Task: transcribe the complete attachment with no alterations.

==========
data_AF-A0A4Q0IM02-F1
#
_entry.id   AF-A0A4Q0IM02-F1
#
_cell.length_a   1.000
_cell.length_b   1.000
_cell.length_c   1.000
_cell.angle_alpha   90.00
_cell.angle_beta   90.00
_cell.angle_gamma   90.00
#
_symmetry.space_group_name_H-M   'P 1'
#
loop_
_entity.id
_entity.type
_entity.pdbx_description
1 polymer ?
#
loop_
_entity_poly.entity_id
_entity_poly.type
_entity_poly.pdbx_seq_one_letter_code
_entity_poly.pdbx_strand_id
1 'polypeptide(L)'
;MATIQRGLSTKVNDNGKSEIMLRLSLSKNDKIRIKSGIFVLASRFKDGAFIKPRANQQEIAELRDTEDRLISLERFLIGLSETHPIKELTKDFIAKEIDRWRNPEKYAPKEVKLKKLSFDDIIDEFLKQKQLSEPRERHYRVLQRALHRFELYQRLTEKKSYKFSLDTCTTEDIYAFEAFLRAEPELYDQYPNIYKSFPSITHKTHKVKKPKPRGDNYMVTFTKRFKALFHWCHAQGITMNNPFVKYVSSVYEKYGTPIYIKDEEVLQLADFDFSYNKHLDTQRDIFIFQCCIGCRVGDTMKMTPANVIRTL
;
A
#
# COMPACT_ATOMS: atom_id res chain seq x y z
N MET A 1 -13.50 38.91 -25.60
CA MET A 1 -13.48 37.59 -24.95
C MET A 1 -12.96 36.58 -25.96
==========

data_AF-A0A4Q0IM02-F1
#
_entry.id   AF-A0A4Q0IM02-F1
#
_cell.length_a   1.000
_cell.length_b   1.000
_cell.length_c   1.000
_cell.angle_alpha   90.00
_cell.angle_beta   90.00
_cell.angle_gamma   90.00
#
_symmetry.space_group_name_H-M   'P 1'
#
loop_
_entity.id
_entity.type
_entity.pdbx_description
1 polymer ?
#
loop_
_entity_poly.entity_id
_entity_poly.type
_entity_poly.pdbx_seq_one_letter_code
_entity_poly.pdbx_strand_id
1 'polypeptide(L)'
;MATIQRGLSTKVNDNGKSEIMLRLSLSKNDKIRIKSGIFVLASRFKDGAFIKPRANQQEIAELRDTEDRLISLERFLIGLSETHPIKELTKDFIAKEIDRWRNPEKYAPKEVKLKKLSFDDIIDEFLKQKQLSEPRERHYRVLQRALHRFELYQRLTEKKSYKFSLDTCTTEDIYAFEAFLRAEPELYDQYPNIYKSFPSITHKTHKVKKPKPRGDNYMVTFTKRFKALFHWCHAQGITMNNPFVKYVSSVYEKYGTPIYIKDEEVLQLADFDFSYNKHLDTQRDIFIFQCCIGCRVGDTMKMTPANVIRTL
;
A
#
# COMPACT_ATOMS: atom_id res chain seq x y z
N MET A 1 -13.50 38.91 -25.60
CA MET A 1 -13.48 37.59 -24.95
C MET A 1 -12.96 36.58 -25.96